Clover

Part III: We bring the storm with us

The next morning arrived quicker than I could dream it up. Mama had been up well into the early morning hours making sure each cardboard box was taped, labeled, and stored neatly in the living room for the movers. Daddy gassed up his truck the day before yesterday, cleaned out the garage, and cooked us the perfect bbq meal last night. I can still taste that chicken — yummy. I slept so hard I couldn’t hear a single thing. I was excited about today; I am excited about today and I just want to hurry up and get on the road.

Daddy says it’ll take about two hours and thirty minutes from here in Summerville to Hopeulikit. At least we don’t have to be on the road for too long. I hate traveling long distances in Daddy’s truck. It’s dependable but it’s old and loud and is a rusty orange color — so, it’s not a looker by any form of the word. Daddy says, “It gets us where we need to go and when and that’s all that matters.”

He has a point but I’d rather be in Mama’s subtle sedan. It’s reliable, good on gas, and Mama always selects the best music stations on the radio. Daddy listens to gospel all day long and not the contemporary or modern kind, either.

No . . . not anything for Clover.

He plays the Georgia Mass Choir, Mississippi Mass Choir, The Winans, The Clark Sisters, The Anointed Pace Sisters, and the list goes on and on and on. Mama sways her head and hums to each song. Sometimes, she even gets emotional. But she has a wider range of music appreciation and that’s what I prefer most.

Daddy says we’re not making any stops so for me to eat, use the bathroom, and put my raincoat in the backseat of the truck with me. Forecast ain’t callin’ for rain but Daddy is usually spot-on when it comes to the weather — better than those fancy dolled-up weather people on the tv. They’re almost always wrong. I do as I’m told and make sure my raincoat is sitting right next to me when we leave.

Mama takes her place in the front seat, next to Daddy. She smiles. A hint of sunlight kisses her cheeks. Daddy smiles back at her. They hold hands for a brief moment. Daddy says a prayer for safe travels and we thank “the Good Lord above” for another day’s waking up — in our right minds. And before you know it, the truck’s radio is blasting Shirley Caesar’s “No Charge” and we’re off to Hopeulikit.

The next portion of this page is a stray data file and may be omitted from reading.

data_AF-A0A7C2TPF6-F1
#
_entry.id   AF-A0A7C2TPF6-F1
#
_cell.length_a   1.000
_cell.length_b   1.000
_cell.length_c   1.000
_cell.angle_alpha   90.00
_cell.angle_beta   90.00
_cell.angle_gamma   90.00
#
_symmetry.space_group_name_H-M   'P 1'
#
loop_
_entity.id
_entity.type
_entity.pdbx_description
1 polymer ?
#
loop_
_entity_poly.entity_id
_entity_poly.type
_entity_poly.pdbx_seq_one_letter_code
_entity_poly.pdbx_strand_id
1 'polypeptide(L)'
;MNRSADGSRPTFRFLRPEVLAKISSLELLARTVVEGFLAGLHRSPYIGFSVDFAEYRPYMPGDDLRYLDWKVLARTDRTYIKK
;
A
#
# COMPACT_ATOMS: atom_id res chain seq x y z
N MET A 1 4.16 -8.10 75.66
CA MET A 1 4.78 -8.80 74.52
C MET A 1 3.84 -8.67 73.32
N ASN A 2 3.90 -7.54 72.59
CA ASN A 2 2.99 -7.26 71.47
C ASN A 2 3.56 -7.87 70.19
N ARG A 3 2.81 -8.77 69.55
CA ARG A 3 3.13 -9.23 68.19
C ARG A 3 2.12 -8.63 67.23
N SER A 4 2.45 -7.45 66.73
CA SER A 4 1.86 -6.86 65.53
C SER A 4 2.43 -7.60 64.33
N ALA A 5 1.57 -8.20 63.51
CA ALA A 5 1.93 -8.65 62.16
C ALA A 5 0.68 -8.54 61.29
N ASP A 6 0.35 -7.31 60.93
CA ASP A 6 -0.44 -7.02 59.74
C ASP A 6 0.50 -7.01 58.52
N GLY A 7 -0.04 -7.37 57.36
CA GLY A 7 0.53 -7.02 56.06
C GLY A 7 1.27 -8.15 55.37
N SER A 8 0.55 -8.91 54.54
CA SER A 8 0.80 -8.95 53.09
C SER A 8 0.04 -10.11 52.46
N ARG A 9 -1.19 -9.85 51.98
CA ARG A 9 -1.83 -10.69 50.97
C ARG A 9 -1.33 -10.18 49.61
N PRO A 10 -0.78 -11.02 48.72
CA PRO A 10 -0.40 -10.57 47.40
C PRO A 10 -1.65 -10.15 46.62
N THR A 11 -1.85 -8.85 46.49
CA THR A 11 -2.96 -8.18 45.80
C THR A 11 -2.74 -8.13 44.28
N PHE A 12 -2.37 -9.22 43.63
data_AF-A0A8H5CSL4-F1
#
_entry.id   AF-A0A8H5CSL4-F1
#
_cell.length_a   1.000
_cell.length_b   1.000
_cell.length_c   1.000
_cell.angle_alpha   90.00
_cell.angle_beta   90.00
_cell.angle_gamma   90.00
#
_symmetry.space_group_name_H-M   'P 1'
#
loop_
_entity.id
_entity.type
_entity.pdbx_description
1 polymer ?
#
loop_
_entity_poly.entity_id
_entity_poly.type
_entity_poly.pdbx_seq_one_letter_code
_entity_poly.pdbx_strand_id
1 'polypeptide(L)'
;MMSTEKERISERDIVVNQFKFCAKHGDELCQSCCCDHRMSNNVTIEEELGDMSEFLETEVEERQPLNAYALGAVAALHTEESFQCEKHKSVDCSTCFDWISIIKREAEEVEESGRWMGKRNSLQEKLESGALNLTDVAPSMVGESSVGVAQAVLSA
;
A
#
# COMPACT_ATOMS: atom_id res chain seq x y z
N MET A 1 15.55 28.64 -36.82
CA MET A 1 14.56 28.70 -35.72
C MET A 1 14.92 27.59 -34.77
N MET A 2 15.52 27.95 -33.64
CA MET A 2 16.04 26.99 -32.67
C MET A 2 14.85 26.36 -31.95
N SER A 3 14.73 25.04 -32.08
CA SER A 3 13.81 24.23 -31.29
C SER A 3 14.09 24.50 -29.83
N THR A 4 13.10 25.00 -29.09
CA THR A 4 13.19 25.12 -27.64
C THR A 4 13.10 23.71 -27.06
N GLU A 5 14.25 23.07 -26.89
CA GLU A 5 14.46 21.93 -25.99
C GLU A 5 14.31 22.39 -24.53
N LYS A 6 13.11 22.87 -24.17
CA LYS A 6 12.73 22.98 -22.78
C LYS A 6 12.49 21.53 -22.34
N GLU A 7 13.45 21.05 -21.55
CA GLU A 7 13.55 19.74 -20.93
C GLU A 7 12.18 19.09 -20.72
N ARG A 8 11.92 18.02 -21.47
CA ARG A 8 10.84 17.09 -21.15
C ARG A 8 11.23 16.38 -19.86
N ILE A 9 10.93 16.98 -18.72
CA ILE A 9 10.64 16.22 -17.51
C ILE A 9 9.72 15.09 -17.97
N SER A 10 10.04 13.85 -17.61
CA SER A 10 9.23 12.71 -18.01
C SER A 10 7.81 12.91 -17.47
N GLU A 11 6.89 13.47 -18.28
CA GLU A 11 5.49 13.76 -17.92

The loud thump-thwack sound of the truck upon ignition is common. I don’t flinch — not one move. I’ve grown so used to this thing happening that it seems second nature. Daddy asks if I’ve made myself comfortable and to him, I respond, “I sure have” and I settle in for what will be an early morning nap. I don’t remember time sailing by so quickly ever before but as soon as I open my eyes, we approached Statesboro, Georgia, and shortly after, Hopeulikit.


It is as if God above anointed my daddy to read the skies. I look up and that same pink burnt storm sky from Summerville greets us. The underbelly of the sky is the most beautiful thing — I wish I could jump straight up and touch it. Just as I was losing myself in my thoughts, the bottom falls out and I hurry to wrap myself inside my raincoat — slapping the hood on my head within seconds.

Mama lifts a huge umbrella to her chest then out to the air and presses a button for it to open. She and Daddy scatter under it before we begin to unload our items from the truck.

The movers pull up moments later. Daddy signals them to start with the bigger items then work their way down to the smaller ones. Two of the men have ponchos on while the other is soaked from the top of his head to the soles of his feet. I wonder, “will he track that mess through our new home or will Daddy advise him to hang tight while the others do what they can before the winds pick up?”

He throws up a trembling hand at Daddy and asks, “Where should we start?” Daddy doesn’t waste any time letting him know, “You can start as long as you and your crew get some plastic laid down in the main areas.”